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New Zealand’s A2 Milk looks to China and US for growth

New Zealand’s A2 Milk is shifting focus to concentrate on greater growth opportunities in the US, China and other Asian nations, and is quitting the UK market after a challenging seven years.

The dairy company made the announcement as it posted full-year 2019 results on Wednesday that missed analysts’ projections, and flagged slower-than-expected earnings growth for 2020.

A2’s forecast for earnings growth of 28.2 per cent for full-year 2020 was unchanged from the second half of 2019, and sent its shares down 15 per cent to a low of NZ$14.10. The group blamed higher investment in marketing, systems and personnel for the dimmer outlook.

Jayne Hrdlicka, chief executive, said A2 needed to invest to take advantage of growth opportunities in the US and Asia, where it is exploring opportunities in Vietnam, South Korea and Hong Kong.

“Our company has evolved considerably, and the UK opportunity is not of sufficient scale when compared to the significant growth potential in Greater China and the US,” she said.

On Wednesday, A2 reported a 46 per cent increase in earnings before interest, tax, depreciation and amortisation to NZ$413m for the year ended June 2019, as revenue jumped 41.4 per cent to NZ$1.3bn. A2’s UK revenue in the period was NZ$21.6m while UK ebitda was NZ$4.4m.

“A2’s outlook statement was quite a bit softer than most analysts were expecting, which is the crux of the market reaction,” said Oyvinn Rimer, director at Harbour Asset Management. The decision to exit the UK was not surprising, he added, as the British premium milk market was nowhere near as developed as in Australia or China.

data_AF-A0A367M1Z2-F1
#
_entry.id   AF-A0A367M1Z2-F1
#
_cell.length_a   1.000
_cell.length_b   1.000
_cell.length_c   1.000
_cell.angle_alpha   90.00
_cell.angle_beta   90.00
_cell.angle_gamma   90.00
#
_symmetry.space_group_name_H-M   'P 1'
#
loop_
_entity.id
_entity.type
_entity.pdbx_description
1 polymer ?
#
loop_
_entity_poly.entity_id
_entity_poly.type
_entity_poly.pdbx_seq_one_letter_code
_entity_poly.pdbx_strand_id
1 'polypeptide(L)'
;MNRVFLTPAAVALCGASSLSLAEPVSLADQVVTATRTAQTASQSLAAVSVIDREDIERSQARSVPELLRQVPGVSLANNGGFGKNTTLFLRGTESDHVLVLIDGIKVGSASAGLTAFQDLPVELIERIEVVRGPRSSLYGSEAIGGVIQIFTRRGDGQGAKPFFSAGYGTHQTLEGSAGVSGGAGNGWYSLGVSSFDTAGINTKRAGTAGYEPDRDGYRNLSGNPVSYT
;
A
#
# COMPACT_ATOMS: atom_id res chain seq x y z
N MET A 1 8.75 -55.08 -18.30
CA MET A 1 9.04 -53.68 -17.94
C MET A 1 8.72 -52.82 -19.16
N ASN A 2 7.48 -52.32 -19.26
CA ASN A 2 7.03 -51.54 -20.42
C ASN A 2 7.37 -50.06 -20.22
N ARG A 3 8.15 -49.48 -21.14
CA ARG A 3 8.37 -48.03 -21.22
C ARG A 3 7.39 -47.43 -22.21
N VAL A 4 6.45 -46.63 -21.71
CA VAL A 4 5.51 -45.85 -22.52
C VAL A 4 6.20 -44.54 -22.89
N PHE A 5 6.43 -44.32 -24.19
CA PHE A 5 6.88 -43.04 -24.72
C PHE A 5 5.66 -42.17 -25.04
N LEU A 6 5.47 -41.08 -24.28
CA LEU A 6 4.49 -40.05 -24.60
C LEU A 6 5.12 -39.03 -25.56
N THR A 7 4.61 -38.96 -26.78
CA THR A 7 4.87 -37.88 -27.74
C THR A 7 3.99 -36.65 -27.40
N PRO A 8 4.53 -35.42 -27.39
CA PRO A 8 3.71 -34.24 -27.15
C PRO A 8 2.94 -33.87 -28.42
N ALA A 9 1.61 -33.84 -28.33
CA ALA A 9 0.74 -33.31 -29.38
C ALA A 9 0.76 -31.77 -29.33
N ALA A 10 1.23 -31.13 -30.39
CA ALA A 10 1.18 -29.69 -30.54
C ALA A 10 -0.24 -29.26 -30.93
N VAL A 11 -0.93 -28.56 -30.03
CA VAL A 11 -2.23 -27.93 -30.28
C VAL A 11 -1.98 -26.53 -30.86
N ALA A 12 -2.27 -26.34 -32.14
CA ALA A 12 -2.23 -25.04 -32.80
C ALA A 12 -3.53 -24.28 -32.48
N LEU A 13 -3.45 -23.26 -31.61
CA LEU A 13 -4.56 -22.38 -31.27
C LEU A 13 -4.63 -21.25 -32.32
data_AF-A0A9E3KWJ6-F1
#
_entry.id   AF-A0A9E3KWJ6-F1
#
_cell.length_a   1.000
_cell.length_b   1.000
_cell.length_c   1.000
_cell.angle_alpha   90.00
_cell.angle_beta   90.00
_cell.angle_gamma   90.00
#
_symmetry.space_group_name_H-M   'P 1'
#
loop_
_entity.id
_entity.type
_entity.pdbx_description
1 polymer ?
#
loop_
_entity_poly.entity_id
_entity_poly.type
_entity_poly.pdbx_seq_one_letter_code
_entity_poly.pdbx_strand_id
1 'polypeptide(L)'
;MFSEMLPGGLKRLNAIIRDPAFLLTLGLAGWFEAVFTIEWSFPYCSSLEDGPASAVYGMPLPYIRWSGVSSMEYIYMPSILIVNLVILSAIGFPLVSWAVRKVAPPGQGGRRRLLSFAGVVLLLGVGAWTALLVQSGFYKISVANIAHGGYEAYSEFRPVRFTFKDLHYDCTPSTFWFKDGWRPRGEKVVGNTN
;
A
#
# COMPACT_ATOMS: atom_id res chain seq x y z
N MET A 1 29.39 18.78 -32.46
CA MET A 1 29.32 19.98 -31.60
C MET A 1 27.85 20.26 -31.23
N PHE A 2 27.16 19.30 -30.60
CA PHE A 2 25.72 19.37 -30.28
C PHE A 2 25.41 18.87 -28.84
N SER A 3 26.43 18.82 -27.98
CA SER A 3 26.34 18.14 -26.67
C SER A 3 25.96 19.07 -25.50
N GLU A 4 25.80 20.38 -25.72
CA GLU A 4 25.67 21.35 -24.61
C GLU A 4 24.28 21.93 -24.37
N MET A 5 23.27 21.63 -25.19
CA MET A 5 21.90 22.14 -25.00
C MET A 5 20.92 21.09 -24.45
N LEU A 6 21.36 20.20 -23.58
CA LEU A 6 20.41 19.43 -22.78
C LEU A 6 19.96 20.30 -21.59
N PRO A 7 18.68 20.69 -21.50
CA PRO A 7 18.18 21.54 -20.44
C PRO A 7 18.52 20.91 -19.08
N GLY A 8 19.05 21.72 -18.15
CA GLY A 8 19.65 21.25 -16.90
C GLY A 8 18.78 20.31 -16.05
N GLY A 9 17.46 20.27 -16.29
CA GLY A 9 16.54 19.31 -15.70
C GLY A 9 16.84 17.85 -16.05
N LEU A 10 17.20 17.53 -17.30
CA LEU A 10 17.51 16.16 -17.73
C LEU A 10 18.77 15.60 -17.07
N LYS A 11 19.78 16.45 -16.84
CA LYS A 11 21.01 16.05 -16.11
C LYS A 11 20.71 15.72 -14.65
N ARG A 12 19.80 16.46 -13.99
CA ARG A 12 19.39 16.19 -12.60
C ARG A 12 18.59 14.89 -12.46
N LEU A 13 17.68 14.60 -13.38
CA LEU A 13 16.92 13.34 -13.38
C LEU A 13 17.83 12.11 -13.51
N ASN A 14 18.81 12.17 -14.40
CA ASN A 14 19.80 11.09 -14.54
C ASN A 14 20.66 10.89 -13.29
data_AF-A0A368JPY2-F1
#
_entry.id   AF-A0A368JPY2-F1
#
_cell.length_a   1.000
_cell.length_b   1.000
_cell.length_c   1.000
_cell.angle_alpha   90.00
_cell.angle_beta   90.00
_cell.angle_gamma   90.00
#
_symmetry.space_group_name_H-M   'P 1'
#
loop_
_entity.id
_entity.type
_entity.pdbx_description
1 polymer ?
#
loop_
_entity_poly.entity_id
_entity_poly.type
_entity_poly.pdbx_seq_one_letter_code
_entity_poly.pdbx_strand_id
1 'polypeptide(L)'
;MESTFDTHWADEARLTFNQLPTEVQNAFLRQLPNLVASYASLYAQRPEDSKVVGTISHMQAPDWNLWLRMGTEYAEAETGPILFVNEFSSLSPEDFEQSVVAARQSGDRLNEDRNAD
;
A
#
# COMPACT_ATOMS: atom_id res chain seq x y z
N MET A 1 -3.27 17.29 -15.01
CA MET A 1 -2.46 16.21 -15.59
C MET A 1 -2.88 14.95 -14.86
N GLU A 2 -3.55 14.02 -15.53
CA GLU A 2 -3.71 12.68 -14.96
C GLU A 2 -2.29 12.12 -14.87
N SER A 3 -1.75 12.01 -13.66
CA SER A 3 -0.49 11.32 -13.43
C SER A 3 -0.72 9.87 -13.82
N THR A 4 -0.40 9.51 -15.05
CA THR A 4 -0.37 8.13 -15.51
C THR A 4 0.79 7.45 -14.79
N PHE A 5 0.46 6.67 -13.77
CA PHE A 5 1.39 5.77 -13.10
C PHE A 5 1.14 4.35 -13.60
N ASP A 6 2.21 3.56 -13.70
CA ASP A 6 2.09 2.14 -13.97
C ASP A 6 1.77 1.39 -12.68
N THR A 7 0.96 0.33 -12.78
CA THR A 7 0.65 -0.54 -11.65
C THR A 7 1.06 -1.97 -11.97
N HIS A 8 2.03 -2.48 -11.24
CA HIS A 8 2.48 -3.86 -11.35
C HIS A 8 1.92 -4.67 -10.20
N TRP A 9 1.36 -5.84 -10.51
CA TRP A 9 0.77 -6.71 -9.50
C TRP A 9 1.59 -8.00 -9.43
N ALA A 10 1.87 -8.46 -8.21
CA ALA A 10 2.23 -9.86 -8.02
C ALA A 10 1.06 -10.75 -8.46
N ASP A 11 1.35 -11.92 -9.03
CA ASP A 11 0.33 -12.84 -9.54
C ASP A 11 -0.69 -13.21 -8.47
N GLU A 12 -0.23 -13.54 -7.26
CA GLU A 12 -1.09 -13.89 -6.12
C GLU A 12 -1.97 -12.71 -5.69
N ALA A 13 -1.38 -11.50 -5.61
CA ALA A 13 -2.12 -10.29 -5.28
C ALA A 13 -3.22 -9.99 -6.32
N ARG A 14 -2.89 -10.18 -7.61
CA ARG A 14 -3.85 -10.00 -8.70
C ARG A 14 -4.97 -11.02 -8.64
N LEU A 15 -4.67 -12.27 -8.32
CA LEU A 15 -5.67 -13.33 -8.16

Last year, A2 surpassed Auckland International Airport as New Zealand’s most valuable listed company. Its market capitalisation of almost NZ$12bn is also higher than that of domestic rival Fonterra, the world’s largest milk exporter.

A2 produces liquid milk, infant formula and milk powders that contain only A2 beta casein protein, which the company claims has greater digestive benefits than milk that also contains A1 protein.

The dairy company has enjoyed strong growth over the past 12 months, with sales of infant formula topping NZ$1bn for the first time. In China it generated NZ$405.7m in revenues in the 2019 year, and has 6.4 per cent of the infant formula market in tier 1 cities.

A2 is facing increased competition in China, where Swiss group Nestlé recently launched its own A2 protein formula. But analysts say the Kiwi company has built a strong brand.

Adam Fleck, analyst at Morningstar, said A2 was on track to hit 15 per cent market share in Chinese infant formula within a decade.

“We forecast solid 15 per cent annual earnings growth over the next 10 years, justifying the lofty 34.1 price/forward earnings multiple our valuation implies,” he said.

Source The Financial Times

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